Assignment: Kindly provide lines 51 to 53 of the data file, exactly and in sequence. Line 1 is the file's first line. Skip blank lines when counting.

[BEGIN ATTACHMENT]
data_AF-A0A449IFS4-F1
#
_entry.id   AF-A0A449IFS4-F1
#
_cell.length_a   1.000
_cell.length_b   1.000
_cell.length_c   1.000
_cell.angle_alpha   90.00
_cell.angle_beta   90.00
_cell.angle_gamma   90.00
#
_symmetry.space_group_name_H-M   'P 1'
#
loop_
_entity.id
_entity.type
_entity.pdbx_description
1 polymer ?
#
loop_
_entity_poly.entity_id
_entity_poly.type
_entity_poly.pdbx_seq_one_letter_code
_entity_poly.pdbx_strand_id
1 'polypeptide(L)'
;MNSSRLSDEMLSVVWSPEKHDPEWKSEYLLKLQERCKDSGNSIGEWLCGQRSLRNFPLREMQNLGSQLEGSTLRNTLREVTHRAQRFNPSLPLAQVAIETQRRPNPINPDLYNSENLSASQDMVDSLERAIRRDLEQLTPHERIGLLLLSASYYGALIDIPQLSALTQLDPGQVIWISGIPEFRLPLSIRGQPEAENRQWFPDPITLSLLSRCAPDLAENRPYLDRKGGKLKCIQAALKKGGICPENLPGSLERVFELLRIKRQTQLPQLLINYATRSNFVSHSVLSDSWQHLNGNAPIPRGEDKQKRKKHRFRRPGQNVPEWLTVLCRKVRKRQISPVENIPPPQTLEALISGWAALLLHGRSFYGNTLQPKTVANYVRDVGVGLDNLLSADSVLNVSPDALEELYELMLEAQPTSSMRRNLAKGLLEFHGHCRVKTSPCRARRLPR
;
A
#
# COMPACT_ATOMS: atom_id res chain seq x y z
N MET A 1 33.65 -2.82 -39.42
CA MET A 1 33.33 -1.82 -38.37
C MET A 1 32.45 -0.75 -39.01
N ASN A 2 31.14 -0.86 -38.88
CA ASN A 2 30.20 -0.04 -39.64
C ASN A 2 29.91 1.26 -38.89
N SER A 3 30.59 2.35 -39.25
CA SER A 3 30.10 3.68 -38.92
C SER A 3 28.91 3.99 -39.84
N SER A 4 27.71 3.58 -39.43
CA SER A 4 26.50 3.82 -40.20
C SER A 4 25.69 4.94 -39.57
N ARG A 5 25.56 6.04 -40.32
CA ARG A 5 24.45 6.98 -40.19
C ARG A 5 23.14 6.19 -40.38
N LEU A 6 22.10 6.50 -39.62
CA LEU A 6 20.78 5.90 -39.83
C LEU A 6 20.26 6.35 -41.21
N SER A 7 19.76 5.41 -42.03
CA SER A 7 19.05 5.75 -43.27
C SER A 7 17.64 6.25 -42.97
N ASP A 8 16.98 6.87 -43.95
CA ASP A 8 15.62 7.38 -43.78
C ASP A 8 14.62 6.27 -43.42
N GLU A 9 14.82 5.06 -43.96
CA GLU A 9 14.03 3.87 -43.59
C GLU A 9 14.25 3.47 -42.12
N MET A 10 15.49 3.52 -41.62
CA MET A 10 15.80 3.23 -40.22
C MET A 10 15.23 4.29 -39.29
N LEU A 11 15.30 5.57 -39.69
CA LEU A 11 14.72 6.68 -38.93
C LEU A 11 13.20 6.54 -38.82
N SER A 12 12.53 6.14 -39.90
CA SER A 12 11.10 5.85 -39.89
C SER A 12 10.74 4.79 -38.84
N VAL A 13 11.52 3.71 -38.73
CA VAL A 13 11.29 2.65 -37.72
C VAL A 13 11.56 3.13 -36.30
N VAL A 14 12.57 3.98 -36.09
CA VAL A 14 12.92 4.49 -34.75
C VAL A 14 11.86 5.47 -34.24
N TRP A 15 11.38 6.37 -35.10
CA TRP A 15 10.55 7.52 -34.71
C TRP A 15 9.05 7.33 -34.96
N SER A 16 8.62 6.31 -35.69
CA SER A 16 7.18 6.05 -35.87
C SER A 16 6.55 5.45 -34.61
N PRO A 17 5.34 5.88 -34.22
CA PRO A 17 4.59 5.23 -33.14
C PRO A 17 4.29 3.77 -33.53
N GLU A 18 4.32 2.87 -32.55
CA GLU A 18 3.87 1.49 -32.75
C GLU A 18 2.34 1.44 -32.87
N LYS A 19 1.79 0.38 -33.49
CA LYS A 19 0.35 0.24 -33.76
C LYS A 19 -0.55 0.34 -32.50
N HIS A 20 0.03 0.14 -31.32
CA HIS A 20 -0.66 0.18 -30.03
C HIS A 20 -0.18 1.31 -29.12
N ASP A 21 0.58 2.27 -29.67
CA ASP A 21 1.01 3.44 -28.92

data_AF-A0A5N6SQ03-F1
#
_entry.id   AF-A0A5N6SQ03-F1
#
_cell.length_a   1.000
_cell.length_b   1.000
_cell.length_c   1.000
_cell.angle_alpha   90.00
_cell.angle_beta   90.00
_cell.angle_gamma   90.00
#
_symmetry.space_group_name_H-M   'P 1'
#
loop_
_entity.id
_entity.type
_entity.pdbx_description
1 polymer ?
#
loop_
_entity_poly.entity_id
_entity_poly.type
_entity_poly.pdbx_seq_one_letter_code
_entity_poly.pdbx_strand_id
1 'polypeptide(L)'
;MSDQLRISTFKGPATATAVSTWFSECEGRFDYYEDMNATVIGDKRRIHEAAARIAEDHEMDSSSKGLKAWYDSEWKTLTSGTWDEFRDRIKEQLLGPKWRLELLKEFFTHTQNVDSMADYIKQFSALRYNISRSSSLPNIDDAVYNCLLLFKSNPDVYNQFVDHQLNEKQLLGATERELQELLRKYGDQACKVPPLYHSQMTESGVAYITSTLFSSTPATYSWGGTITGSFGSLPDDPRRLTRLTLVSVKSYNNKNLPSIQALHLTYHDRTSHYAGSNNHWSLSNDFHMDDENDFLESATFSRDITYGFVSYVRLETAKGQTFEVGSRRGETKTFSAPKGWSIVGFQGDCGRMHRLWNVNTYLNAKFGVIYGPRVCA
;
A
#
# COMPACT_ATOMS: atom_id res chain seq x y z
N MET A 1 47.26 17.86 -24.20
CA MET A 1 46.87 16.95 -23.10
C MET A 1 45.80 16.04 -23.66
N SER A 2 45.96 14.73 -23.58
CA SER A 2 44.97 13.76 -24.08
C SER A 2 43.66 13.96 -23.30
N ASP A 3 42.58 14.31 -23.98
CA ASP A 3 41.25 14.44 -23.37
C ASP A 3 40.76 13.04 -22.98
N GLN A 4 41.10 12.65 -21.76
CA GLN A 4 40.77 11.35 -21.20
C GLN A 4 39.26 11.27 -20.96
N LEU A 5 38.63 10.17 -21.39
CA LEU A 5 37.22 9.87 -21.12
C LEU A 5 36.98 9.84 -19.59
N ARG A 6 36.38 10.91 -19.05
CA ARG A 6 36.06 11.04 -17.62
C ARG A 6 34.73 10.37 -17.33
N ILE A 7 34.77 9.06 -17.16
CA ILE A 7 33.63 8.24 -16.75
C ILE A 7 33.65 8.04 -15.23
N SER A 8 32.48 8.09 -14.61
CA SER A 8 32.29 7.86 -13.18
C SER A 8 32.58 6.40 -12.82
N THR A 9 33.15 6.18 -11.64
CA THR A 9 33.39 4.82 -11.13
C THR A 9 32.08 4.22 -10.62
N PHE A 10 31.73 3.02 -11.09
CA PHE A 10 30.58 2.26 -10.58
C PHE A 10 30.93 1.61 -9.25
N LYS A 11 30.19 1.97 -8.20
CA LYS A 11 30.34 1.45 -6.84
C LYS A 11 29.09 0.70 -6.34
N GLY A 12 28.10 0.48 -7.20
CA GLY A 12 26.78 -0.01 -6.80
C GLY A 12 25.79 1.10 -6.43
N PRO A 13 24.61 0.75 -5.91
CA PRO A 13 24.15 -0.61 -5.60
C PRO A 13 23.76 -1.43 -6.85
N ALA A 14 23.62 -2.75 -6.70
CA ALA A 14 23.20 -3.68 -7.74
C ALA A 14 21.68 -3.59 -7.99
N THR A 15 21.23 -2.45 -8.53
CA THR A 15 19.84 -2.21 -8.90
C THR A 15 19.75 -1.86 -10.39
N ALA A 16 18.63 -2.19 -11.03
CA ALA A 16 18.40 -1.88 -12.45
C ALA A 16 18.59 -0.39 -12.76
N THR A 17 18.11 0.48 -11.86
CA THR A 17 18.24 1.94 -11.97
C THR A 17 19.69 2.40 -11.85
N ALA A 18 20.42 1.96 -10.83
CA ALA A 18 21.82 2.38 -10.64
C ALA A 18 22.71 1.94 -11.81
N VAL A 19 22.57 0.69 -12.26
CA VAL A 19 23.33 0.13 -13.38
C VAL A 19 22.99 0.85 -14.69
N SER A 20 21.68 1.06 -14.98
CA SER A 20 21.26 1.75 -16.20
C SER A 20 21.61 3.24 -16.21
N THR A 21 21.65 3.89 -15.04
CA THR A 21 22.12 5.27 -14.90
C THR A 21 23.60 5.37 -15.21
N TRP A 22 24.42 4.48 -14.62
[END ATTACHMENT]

C SER A 7 17.64 6.25 -42.97
N ASP A 8 16.98 6.87 -43.95
CA ASP A 8 15.62 7.38 -43.78